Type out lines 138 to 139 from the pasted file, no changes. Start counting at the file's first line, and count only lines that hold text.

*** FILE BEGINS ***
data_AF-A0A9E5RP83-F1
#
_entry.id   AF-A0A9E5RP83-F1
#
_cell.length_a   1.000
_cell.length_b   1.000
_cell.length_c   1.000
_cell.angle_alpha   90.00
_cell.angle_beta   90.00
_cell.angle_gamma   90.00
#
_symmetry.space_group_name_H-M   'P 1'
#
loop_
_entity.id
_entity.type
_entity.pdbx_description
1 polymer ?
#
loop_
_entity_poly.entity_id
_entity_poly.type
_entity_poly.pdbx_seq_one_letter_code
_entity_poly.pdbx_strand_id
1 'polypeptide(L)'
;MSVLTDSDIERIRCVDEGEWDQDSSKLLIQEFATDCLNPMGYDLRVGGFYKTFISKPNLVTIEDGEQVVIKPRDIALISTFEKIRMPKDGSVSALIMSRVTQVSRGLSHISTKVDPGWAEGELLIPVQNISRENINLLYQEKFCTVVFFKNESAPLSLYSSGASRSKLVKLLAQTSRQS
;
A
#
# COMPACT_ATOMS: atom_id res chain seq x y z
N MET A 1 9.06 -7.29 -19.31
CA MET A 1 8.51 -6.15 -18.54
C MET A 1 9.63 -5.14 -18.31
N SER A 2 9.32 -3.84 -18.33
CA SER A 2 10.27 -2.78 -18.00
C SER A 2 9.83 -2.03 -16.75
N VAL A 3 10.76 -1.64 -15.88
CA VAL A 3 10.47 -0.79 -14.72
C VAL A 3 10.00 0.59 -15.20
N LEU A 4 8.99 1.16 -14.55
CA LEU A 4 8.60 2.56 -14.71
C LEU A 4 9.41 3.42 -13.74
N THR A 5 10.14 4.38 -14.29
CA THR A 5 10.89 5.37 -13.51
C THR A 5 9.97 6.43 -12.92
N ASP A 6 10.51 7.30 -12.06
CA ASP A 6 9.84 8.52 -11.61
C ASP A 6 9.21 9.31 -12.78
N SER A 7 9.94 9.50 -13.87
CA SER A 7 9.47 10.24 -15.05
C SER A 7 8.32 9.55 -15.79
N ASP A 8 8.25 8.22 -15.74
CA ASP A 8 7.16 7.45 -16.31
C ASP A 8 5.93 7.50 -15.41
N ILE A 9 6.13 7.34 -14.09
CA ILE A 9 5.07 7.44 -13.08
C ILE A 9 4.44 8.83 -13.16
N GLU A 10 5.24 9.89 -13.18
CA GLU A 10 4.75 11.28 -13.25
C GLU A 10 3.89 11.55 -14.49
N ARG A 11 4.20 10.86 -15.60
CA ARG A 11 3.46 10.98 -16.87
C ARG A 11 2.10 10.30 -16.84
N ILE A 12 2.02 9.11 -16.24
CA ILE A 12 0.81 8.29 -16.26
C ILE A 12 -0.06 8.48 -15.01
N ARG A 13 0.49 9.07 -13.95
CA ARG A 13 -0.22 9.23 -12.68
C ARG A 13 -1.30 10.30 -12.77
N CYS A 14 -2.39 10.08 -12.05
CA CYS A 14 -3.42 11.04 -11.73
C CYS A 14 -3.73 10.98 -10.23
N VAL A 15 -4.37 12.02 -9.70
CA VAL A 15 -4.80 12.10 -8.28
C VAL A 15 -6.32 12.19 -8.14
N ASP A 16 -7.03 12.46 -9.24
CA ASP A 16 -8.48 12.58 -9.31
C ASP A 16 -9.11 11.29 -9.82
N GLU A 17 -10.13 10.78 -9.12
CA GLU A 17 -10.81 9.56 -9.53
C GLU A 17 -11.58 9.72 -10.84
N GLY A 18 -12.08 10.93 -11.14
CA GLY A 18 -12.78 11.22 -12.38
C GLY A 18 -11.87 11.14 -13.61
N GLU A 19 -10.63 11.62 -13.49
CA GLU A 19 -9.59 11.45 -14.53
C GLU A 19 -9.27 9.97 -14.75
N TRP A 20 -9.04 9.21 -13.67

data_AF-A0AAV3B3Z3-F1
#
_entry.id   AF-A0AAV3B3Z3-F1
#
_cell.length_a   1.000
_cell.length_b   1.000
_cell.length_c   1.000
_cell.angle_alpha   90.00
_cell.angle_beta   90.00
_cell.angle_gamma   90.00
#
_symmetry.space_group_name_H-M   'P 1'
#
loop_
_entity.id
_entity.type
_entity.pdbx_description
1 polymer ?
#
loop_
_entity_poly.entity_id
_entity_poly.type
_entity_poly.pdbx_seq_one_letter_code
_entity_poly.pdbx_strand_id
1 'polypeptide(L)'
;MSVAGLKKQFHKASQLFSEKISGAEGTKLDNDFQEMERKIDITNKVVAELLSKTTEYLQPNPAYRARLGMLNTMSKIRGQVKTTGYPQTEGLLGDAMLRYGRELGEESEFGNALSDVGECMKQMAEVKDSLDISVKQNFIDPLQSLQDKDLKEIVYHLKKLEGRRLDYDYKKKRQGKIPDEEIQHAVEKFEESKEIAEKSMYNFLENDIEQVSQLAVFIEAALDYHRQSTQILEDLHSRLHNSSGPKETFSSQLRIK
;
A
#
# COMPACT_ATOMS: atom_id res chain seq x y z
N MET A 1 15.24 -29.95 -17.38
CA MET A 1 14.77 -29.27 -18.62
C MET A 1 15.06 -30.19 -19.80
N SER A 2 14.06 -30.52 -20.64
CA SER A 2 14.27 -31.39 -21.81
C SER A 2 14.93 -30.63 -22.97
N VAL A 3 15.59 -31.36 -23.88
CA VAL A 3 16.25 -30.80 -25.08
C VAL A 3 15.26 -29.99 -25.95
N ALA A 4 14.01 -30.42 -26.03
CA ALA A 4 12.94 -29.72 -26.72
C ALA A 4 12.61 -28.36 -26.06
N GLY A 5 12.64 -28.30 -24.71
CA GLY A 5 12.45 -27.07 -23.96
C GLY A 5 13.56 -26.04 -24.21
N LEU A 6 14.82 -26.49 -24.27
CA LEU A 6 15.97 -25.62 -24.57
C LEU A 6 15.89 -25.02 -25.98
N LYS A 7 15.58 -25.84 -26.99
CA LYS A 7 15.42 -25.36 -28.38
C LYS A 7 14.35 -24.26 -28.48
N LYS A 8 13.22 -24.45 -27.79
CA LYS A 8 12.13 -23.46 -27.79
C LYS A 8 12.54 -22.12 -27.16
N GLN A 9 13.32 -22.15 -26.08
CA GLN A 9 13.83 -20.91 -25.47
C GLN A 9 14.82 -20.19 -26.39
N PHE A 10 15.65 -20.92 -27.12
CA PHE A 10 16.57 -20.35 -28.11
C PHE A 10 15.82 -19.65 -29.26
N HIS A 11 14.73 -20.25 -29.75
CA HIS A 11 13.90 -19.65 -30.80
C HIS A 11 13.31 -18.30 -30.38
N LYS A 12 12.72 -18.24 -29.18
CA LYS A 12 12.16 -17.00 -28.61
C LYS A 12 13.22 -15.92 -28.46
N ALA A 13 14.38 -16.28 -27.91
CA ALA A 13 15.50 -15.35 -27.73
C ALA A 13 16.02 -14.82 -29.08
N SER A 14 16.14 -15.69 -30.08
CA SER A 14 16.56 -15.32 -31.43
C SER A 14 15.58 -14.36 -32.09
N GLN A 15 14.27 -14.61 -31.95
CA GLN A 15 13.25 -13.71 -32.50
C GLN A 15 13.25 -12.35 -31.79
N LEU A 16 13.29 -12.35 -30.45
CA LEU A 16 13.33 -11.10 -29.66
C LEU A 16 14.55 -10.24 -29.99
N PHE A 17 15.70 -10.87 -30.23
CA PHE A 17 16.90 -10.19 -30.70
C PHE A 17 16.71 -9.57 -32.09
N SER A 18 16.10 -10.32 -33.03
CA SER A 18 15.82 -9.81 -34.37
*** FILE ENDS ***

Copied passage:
CA LYS A 7 15.42 -25.36 -28.38
C LYS A 7 14.35 -24.26 -28.48